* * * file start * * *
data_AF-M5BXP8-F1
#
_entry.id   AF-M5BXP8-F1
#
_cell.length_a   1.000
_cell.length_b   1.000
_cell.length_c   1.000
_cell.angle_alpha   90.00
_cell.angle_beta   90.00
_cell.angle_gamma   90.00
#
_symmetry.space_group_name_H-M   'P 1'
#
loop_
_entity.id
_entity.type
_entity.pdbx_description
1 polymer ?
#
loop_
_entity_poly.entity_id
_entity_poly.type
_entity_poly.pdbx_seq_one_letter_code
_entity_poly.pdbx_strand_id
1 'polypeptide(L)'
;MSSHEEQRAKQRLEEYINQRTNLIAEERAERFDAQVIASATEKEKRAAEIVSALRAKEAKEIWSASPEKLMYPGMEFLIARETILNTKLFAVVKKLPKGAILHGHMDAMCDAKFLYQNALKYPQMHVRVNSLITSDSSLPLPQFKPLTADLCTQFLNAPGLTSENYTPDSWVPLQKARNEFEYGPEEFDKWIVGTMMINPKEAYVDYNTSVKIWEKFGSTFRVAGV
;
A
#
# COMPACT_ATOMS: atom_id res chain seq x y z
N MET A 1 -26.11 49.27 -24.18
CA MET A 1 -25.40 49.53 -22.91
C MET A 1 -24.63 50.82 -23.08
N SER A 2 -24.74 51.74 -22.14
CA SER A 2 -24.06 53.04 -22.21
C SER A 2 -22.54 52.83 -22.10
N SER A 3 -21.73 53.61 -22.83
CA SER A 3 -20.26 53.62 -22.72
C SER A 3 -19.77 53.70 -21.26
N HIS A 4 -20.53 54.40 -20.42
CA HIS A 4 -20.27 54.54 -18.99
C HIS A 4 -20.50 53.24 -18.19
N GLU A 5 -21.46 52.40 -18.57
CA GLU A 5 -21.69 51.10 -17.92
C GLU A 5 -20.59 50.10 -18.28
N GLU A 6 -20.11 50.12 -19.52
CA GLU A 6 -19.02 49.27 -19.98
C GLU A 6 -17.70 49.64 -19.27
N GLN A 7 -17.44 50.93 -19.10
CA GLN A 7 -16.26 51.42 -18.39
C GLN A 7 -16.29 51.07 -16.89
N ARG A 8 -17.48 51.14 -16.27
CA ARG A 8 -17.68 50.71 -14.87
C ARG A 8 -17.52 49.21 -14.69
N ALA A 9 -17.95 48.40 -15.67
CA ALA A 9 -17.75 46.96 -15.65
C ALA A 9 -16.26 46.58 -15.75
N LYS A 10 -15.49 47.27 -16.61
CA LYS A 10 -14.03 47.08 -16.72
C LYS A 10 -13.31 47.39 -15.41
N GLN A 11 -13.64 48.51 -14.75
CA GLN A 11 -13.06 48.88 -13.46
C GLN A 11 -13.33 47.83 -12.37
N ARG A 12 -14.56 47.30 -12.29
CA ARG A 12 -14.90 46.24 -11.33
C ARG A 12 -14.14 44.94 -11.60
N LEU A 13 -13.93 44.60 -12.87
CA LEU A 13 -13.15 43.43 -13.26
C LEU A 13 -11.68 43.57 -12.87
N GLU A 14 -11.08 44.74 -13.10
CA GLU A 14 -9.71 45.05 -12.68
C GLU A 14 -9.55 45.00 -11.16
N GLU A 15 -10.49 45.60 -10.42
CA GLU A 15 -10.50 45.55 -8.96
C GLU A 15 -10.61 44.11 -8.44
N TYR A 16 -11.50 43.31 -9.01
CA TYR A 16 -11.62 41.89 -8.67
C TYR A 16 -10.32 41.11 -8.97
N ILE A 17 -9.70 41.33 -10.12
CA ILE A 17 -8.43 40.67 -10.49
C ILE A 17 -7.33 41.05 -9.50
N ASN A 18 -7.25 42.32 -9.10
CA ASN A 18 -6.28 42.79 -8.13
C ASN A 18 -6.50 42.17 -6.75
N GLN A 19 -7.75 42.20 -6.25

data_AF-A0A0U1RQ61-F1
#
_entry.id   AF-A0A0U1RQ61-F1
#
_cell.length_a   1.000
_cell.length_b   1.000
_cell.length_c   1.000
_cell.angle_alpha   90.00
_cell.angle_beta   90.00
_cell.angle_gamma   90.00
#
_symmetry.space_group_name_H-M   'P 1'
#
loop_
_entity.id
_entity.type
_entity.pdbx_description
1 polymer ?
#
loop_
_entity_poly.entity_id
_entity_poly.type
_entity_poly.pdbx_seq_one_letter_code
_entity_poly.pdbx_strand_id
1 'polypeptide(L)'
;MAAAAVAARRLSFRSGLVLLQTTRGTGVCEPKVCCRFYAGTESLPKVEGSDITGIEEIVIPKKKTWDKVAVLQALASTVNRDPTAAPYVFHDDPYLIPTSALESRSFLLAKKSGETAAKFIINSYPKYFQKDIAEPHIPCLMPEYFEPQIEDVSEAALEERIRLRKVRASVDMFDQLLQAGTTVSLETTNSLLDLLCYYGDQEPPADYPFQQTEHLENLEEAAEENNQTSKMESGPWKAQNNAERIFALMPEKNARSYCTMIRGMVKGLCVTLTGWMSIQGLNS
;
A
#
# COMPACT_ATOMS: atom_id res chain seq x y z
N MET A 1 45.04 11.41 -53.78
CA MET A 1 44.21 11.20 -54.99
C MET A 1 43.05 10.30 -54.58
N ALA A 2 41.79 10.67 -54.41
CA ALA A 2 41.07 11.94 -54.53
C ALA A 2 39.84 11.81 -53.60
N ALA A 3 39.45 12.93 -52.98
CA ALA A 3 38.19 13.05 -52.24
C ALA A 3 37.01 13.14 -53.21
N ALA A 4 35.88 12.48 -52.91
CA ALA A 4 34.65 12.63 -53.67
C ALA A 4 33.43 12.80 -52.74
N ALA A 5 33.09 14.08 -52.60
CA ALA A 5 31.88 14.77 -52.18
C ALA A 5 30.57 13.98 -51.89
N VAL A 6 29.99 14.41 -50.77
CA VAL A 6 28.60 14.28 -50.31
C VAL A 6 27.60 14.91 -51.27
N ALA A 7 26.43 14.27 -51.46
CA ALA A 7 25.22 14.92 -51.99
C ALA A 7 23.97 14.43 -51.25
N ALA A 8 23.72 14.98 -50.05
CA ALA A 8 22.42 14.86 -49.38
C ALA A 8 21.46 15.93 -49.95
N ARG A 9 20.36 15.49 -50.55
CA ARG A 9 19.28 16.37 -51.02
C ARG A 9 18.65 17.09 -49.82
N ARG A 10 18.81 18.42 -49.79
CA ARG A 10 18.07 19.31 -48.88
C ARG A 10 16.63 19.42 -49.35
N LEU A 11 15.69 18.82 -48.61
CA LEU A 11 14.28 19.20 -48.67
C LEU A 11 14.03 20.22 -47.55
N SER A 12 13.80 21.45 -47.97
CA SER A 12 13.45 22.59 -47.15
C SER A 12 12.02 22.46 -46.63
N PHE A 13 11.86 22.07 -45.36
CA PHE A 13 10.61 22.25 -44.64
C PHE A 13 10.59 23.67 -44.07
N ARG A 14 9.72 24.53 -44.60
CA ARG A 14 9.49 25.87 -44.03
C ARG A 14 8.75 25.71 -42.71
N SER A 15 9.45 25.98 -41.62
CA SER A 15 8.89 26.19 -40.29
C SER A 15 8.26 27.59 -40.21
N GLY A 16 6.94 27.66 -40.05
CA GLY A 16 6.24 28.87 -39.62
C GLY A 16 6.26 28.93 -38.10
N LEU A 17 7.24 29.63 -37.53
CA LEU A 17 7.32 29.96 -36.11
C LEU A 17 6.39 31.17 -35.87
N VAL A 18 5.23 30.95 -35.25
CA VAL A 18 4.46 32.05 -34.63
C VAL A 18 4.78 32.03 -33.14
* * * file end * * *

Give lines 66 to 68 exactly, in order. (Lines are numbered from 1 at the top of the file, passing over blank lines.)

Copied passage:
C ARG A 12 -14.14 44.94 -11.60
N LEU A 13 -13.93 44.60 -12.87
CA LEU A 13 -13.15 43.43 -13.26